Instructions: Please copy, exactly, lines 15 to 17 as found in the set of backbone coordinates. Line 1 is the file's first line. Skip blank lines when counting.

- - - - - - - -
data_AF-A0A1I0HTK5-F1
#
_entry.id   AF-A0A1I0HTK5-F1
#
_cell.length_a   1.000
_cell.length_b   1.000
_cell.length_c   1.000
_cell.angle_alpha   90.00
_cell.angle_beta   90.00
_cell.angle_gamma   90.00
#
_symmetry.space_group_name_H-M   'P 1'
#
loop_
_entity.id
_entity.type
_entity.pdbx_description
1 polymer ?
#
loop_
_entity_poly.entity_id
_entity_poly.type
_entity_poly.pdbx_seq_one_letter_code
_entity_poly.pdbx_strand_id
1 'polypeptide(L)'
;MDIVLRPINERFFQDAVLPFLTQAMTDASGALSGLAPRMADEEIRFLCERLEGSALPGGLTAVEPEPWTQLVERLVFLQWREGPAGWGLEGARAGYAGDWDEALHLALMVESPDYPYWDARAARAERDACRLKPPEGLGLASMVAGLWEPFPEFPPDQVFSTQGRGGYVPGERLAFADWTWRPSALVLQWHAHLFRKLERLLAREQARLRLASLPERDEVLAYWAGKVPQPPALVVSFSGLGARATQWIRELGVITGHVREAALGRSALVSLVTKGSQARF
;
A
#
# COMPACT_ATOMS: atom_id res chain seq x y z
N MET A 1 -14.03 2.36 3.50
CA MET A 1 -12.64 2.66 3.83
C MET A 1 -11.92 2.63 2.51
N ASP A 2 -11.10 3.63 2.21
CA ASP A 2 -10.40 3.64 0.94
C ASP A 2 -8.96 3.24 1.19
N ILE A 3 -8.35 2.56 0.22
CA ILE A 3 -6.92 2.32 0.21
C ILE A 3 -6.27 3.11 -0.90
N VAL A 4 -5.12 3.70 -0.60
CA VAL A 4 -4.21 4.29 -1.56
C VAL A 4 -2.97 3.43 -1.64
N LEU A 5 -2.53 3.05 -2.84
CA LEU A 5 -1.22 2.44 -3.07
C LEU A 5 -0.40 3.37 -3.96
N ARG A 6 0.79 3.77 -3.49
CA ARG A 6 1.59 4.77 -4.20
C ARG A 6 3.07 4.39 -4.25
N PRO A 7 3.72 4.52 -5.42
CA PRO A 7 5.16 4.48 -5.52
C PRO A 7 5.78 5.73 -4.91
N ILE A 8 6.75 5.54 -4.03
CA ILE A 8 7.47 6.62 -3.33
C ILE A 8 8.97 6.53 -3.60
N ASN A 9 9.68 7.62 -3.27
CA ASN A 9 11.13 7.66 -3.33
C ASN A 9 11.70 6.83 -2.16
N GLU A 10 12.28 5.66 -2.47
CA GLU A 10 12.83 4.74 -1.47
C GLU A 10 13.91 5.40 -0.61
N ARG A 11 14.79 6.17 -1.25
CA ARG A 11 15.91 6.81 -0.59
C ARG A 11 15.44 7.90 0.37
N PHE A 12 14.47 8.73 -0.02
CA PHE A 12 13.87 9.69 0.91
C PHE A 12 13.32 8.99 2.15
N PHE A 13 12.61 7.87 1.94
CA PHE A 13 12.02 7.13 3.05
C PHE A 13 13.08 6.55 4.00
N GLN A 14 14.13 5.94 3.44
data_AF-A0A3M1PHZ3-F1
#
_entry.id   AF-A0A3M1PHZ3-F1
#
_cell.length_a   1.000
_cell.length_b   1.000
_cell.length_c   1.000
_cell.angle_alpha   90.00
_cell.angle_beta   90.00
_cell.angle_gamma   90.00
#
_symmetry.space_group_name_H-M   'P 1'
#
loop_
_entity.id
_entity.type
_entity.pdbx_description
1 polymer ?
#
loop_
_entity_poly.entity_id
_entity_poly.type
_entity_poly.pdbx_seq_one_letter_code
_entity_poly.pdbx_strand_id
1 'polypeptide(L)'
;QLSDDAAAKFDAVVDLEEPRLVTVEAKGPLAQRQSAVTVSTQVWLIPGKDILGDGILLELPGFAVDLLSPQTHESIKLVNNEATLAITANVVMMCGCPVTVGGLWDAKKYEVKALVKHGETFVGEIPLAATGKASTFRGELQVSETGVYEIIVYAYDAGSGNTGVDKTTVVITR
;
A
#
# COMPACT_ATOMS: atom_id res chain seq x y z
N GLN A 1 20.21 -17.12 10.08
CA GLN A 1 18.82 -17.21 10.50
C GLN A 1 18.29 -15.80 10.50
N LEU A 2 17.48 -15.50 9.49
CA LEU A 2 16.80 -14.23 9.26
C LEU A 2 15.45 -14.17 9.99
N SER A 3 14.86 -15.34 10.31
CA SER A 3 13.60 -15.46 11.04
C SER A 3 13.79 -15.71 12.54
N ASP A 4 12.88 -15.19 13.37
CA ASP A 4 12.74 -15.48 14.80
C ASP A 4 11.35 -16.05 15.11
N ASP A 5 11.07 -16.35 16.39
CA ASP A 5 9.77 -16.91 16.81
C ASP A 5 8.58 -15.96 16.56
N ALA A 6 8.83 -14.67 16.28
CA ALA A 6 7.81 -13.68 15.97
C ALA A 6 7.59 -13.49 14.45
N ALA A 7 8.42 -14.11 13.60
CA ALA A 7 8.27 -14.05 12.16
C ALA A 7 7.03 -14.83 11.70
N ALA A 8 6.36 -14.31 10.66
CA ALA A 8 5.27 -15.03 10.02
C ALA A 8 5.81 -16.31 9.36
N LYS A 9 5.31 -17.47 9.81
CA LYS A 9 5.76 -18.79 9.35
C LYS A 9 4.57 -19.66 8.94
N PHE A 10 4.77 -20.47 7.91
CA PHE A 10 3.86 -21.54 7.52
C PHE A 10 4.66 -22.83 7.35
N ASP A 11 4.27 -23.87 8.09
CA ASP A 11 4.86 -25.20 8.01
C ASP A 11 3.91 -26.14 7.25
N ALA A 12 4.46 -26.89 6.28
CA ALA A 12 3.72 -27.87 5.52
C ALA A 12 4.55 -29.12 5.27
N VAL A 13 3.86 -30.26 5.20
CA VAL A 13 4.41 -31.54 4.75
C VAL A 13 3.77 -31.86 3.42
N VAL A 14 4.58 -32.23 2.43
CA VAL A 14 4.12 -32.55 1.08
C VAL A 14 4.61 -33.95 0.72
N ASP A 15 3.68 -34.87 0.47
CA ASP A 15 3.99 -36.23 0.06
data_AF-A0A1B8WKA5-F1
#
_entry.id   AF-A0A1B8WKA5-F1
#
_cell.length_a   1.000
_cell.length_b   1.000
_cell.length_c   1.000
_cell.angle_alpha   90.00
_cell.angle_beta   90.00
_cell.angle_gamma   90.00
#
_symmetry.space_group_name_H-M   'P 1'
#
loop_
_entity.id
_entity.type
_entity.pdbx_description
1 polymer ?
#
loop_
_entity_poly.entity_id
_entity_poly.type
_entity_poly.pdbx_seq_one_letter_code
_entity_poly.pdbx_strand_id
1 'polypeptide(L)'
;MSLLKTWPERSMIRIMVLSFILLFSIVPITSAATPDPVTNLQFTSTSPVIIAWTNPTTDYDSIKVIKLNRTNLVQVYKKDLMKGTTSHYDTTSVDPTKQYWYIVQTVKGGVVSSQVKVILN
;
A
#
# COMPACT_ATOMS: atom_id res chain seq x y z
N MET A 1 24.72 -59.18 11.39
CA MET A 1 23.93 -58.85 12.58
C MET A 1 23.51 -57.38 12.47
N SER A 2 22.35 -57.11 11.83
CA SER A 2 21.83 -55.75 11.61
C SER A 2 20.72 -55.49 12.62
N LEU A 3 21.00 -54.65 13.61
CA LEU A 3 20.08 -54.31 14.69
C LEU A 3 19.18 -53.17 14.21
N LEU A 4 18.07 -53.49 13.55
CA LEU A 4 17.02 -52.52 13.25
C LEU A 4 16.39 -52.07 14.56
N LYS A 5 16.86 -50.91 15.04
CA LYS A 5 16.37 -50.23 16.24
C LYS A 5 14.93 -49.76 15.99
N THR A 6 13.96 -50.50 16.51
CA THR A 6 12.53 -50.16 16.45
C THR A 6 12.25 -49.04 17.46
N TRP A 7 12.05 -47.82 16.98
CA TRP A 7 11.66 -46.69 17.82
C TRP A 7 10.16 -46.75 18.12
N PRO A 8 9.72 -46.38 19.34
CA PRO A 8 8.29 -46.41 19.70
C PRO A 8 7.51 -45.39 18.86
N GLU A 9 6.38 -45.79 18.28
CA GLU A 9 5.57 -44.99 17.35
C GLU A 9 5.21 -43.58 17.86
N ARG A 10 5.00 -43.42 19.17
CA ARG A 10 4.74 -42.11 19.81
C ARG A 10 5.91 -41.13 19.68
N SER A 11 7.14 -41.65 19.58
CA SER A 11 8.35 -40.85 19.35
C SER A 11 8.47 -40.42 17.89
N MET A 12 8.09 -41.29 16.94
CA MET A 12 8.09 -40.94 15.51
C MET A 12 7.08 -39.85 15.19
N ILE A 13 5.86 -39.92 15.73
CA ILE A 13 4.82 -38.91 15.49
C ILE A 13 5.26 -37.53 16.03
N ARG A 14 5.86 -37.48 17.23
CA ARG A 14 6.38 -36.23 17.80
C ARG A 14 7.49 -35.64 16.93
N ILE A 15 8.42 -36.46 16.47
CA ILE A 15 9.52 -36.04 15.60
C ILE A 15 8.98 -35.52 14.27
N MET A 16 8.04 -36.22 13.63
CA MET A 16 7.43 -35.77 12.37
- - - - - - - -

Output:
_entity.id
_entity.type
_entity.pdbx_description